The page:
The Film and Foto Exhibition of 1929 Francesco Zanot (and looking back)

The historical background to Film and Foto

  • 1920s Pictoralism – photography lost its relevance as a form of the artistic enquiry
    • In the USA straight photography was in the ascendancy
    • In Europe photography’s development took a different route – New Realists

The difference between straight photography and the New Realists is one of emphasis with the latter aiming to reveal often small insignificant details or features

Both approaches were aimed at revealing realism

  • The key to new realism is to provide humankind with the type of reality that did not correspond with direct observation during the 1920s
  • There were a range of exhibitions the placed photography within the artistic context for example Photography, Painting, Architecture exhibition 1928
  • The exhibition was important in terms of defining art

New Realists created photographic works that were shown alongside photographs originally created for industrial technological and scientific purposes. So for example scientific photographs aerial photographs that are montages advertising images were exhibited within the artistic context

Film and Foto
The exhibition opened in Stuttgart in May 1929 it was christened as the first major international exhibition to explore the field of photography as a whole without reference to any hierarchies or use or function.

So one can see that Film and Foto positioned photography as an objective medium that stood on the cusp between art and science where photos could be read beyond the purpose for which they were created. For example, zoological astronomical botanical aerial medical forensic industrial journalistic photos were exhibited.

The catalogue consisted of a small booklet containing seven brief texts, a list of exhibited work and 21 illustrations.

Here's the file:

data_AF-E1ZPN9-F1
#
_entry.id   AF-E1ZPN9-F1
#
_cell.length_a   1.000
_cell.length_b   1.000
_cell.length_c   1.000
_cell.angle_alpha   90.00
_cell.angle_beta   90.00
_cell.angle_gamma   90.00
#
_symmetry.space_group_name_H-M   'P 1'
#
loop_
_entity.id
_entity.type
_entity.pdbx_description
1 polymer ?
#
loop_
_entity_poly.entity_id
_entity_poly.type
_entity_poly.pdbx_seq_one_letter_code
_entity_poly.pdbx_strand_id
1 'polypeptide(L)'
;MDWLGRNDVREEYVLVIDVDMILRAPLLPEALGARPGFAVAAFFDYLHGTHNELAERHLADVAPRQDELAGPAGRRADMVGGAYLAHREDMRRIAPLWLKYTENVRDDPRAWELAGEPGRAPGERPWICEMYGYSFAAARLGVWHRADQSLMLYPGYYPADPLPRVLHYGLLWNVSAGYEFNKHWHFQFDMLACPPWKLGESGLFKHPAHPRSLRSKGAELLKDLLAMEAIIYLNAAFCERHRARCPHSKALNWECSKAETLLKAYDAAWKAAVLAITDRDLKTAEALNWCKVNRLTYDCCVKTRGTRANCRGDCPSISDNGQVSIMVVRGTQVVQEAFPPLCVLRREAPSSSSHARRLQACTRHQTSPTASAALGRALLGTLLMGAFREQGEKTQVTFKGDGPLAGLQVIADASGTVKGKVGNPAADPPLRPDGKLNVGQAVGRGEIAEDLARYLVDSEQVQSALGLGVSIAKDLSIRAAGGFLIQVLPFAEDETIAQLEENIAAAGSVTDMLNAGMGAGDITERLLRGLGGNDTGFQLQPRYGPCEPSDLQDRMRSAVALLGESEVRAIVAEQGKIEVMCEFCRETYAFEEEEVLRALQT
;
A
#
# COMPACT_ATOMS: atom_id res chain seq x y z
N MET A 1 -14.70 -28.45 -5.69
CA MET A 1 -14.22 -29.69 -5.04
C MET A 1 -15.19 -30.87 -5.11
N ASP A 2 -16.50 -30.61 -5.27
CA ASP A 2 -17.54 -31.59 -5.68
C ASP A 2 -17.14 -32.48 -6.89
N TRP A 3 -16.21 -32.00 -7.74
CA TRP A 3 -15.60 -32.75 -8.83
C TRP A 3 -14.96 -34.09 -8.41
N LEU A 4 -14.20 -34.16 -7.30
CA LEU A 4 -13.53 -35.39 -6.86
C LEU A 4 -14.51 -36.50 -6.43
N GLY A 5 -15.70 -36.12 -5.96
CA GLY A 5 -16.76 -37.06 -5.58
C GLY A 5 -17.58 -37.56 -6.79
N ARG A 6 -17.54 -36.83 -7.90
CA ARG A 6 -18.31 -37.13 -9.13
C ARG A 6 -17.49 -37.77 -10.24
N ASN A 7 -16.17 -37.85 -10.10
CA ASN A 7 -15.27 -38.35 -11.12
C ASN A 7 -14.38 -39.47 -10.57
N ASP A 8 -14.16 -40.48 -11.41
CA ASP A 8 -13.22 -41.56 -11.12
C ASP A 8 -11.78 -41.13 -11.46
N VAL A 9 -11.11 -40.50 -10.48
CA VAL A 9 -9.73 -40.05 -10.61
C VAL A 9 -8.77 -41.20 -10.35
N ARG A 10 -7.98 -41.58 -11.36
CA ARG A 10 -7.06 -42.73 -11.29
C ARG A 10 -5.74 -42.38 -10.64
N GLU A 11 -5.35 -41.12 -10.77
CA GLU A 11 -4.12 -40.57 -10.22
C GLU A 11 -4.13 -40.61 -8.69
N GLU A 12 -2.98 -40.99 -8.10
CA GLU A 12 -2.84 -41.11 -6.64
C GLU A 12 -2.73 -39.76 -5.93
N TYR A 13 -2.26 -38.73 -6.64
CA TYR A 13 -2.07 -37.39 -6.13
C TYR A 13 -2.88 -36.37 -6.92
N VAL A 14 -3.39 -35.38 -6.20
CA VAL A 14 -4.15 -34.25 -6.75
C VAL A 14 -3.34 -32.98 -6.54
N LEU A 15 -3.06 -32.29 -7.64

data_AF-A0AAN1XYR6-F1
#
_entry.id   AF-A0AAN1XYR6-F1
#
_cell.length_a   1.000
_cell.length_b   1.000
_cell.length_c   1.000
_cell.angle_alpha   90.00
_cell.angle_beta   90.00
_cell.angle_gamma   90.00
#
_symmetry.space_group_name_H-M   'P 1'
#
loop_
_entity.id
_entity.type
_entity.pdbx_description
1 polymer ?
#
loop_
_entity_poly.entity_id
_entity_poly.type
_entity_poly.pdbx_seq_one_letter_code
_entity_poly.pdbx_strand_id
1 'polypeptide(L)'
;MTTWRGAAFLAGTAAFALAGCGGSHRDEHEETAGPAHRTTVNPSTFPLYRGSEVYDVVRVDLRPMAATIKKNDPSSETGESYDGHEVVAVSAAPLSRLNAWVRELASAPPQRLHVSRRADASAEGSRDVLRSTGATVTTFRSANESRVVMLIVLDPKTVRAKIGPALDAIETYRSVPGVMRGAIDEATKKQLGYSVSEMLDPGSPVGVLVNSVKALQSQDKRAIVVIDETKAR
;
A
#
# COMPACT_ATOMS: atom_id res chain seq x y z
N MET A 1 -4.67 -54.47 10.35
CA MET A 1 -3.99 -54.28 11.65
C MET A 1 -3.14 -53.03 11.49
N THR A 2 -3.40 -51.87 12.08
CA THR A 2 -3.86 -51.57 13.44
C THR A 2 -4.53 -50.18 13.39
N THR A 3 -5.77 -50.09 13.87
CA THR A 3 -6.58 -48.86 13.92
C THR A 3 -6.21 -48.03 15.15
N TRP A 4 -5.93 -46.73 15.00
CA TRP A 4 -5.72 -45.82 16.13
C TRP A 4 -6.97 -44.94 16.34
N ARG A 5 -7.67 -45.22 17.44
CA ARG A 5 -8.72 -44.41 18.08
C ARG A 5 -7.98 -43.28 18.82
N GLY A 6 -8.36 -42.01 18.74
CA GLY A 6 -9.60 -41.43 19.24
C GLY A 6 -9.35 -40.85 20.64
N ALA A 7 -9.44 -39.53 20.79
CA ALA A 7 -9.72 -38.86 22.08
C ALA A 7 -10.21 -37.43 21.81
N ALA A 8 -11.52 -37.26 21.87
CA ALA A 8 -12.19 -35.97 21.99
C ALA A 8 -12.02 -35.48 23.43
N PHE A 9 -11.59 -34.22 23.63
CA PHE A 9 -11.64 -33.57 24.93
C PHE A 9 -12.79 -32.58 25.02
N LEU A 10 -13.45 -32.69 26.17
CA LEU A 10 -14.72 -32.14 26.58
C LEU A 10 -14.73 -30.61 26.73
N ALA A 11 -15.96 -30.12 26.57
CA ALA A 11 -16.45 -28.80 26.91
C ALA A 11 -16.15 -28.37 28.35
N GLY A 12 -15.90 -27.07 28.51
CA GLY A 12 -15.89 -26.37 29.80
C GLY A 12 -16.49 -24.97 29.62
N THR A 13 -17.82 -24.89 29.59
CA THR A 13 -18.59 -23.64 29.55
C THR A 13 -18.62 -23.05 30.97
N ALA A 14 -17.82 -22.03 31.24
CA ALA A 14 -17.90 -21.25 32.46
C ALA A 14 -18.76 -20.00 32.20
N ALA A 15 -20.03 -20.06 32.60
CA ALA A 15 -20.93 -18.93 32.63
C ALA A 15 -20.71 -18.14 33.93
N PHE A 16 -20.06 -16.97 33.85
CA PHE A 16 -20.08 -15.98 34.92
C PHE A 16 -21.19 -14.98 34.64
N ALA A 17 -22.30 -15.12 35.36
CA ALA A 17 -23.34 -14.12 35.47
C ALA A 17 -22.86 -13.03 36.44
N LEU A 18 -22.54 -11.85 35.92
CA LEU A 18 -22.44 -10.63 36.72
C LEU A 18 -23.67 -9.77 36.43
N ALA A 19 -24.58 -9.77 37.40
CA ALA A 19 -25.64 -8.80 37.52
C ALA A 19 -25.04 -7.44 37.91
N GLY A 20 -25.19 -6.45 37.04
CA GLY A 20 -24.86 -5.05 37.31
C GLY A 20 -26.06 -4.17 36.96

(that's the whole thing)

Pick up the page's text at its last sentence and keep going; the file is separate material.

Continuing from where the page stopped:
Pictorialism had had its day. The success of Film and Foto was enormous and immediate: 10,000 people visited between May and June the exhibition toured many cities and concluded its travels in 1931.

The New Realist movement is one of the most interesting to me. It’s not just the interesting imagery but the context of European art in the early part of the century – the Russian revolution, WW1 and Germany instability. You can see this reflected in the art of the period – the chaos of Dada and the order the Bauhaus: Wonderful. It still gives inspiration today and I used the approach in my photography BA to produce these images of stuff related to paralysis.

1 A Series Statement1 ScarsSheepskin3 Cream4 Heel5 Discarded KitPacks of Leg bagsDiscarded Packaging10 Leg bag in SituSuppositoriesJostick14 CushionCushion coverDrug PackagingLeft leg18 Package of Incontinence Pads

It’s interesting looking at these images and comparing and contrasting this approach with those used for Paralysis Unseen. The emphasis in this set seems to me to be documentary in that while the images have a strong form they offer almost nothing to the viewer of how I feel. Compare that to the book images: here the range is much wider but many hopefully do offer the viewer a sense of my emotional response to my world. For example, this image below hopefully works as a way of communicating a sense of how all aspects of my life are dominated by my impairment. But I hope it works as a picture as well.

My Home web (8 of 14)-2

Mauro, A (ed.) Photo Show: Landmark exhibitions that defined the history of photography, published by Thames and Hudson, 2014


About Pete

South Londoner struggling with life, art and photography.
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